In the stimulus bill, hospitals are eligible to receive $19 billion to go digital. Lee Memorial Health System will receive between $30 to $40 million in aid if they start meaningfully using a certified EMR system by 2011, an amount that offsets some of the $70 million total installation of EPIC.
Not only is the government enticing hospitals to adopt this technology with stimulus funds, but those who don’t adopt EMR software will eventually see their federal funding decrease.
Incentives from the federal government are delivered through Medicare and Medicaid payments, and according to new regulations, if hospitals aren’t using EMR systems by 2016, they will see a reduction in those reimbursements.
Once launched in Lee County, the system will include the medical records of one million residents who have visited a Lee Memorial Health System office at least once in their lifetime.
Hospital officials are confident that the system will improve health care in Lee County.
“An effective, well-designed and appropriately utilized EMR can truly improve health care safety, quality and efficiency on behalf of the patients and families we serve,” said Lee Memorial Health System President Jim Nathan, in a prepared statement.
Some in the community are concerned about the security of their medical records, especially in the digital age when private information can be hacked and sold to the highest bidder. Smith said officials are tackling safety precautions with EMR systems, but having stringent security measures is counterproductive to having open access to information.
“Security is a conflicting goal for open records,” said Smith. “We have to make sure we use reasonable and prudent security.”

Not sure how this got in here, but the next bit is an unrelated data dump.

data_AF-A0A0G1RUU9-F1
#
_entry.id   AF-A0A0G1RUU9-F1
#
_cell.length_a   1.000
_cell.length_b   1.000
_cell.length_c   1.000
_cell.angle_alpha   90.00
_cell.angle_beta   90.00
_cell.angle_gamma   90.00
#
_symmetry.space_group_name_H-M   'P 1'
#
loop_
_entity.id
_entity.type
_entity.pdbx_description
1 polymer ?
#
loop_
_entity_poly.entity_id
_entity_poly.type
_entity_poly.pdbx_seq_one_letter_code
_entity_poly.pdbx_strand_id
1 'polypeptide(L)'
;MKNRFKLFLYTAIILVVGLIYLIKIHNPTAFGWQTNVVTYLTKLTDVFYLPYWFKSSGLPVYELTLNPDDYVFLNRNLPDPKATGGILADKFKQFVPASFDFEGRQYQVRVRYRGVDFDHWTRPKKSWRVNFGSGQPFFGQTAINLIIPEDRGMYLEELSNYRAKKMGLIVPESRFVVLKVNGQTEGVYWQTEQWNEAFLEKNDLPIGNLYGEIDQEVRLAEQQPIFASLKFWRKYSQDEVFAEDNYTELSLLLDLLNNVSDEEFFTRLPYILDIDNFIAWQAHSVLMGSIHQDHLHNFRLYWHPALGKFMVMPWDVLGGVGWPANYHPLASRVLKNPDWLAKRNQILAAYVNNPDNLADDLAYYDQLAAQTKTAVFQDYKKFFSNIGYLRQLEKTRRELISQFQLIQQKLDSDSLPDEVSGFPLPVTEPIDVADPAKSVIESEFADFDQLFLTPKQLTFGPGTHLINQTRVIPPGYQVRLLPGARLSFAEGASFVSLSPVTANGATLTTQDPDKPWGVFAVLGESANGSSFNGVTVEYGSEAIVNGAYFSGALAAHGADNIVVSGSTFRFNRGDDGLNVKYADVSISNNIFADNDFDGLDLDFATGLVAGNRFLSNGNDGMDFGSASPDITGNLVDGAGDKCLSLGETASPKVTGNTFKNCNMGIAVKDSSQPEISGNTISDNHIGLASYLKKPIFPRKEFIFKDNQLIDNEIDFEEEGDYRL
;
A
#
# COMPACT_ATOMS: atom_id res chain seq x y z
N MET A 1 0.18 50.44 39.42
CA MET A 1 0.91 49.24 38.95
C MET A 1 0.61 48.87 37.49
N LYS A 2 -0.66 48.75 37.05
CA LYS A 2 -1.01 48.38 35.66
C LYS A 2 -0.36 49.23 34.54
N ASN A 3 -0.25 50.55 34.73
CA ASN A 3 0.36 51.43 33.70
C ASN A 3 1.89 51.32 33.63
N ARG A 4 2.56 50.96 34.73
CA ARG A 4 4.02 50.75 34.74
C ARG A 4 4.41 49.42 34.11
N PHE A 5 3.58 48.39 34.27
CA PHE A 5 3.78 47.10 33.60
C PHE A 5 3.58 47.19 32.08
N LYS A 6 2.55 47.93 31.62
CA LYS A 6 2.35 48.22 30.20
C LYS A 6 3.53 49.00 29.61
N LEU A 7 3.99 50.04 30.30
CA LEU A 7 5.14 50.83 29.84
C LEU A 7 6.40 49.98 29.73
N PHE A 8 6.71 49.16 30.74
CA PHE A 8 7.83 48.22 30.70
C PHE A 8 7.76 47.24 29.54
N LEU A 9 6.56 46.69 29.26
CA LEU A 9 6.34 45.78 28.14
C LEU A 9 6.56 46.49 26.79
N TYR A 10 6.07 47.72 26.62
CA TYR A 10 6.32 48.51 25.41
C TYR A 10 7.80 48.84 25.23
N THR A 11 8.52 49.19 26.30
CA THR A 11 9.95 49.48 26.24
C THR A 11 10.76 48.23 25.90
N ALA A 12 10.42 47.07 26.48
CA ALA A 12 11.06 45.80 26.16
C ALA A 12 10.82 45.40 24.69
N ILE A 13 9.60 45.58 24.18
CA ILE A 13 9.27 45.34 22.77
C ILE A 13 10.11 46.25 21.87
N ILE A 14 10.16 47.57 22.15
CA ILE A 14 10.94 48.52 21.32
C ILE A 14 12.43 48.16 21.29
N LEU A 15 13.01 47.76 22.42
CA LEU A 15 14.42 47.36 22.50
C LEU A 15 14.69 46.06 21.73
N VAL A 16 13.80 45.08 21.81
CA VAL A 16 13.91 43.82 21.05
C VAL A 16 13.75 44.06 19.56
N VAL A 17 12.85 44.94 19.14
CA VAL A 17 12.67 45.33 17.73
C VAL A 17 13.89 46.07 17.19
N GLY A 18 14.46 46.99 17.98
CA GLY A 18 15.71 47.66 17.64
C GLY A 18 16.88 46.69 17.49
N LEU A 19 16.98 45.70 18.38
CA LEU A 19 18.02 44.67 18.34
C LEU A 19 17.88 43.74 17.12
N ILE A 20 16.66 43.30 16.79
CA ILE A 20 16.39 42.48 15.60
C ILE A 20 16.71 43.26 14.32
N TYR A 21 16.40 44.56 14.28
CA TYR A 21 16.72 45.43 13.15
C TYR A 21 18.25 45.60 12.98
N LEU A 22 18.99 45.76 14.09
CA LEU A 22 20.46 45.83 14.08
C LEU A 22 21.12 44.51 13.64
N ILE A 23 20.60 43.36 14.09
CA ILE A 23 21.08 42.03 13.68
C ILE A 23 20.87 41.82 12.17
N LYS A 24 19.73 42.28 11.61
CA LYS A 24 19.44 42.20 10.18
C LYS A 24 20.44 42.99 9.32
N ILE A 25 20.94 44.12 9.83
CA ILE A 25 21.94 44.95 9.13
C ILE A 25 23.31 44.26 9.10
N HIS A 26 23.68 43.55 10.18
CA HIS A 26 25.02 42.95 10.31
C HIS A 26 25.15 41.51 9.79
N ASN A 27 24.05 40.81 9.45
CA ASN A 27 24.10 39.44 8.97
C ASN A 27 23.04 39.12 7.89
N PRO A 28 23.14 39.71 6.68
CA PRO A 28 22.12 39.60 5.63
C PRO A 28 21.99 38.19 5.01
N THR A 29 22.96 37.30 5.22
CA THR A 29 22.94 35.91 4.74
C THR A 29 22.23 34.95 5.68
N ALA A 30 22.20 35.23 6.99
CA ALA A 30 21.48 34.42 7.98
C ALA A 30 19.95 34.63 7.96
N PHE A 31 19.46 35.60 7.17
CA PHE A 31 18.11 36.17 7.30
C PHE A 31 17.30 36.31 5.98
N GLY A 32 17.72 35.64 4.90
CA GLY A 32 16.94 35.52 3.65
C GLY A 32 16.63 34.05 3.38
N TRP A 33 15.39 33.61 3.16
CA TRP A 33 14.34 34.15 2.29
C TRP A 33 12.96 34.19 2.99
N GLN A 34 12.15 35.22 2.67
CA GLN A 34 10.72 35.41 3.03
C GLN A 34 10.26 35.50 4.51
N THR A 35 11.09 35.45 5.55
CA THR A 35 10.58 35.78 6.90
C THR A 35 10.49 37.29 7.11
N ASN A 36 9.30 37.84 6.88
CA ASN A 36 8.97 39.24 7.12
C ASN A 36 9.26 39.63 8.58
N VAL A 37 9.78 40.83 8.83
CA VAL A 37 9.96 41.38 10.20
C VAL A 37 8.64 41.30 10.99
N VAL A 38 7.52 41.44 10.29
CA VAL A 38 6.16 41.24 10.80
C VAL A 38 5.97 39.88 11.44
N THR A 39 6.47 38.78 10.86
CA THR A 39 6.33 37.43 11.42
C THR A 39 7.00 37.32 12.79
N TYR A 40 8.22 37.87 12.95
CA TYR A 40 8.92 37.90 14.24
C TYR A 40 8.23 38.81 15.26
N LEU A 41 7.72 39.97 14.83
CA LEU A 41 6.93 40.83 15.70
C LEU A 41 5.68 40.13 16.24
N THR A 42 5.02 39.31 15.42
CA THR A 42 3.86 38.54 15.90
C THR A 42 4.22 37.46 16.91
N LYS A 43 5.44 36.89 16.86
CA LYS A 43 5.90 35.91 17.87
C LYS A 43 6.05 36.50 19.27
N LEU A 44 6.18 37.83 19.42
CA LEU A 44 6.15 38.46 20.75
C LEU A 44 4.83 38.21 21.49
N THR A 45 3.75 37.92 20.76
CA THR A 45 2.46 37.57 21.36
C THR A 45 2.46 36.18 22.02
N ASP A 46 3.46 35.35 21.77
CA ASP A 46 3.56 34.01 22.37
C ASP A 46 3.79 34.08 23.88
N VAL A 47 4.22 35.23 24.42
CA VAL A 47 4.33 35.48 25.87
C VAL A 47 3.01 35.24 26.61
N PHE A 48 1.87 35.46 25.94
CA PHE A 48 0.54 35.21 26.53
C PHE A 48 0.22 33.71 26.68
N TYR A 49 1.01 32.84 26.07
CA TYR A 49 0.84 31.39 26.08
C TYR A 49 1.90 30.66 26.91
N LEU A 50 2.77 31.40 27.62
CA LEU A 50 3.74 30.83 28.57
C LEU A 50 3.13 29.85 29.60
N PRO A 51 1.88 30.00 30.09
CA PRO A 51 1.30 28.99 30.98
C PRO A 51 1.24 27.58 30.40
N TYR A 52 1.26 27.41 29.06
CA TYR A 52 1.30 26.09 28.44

Smith added that lap tops and computers with sensitive information are encrypted in case of theft, and the EMR system will automatically track who is logged on and who is accessing what record.
“Paper records aren’t risk free either, but it is a serious concern we are aware of,” he said.
Although some private practices view a patient’s medical record as belonging to their office, Smith said Lee Memorial Health System’s philosophy is that a patient’s record belongs to them and that the hospital is simply a custodian of that record. They are also hoping to reach out to the community once the system is up and running.
“The health system also intends to ‘link up’ with interested community physicians who are not employed by LMHS,” said Nathan.
The system wants to connect with other medical offices and create a large county-wide database of patient information.
Smith and other officials have already begun talks with local practices on integrating systems, but some may not like the idea of sharing their records and others may have a hard time linking their current software with EPIC.
“We are still early in the conversation,” said Smith. “There will be a natural aversion to it, some will want to and there will be others that may not.”
Johns, from Family Health Centers of Southwest Florida, said that EPIC is designed more for a hospital system, and as a result any interfacing of the systems would be difficult. He added that the center is open to communication.
“The two systems can communicate, it takes a little effort, but you can do it,” he said. “We like our system and we are committed to it.”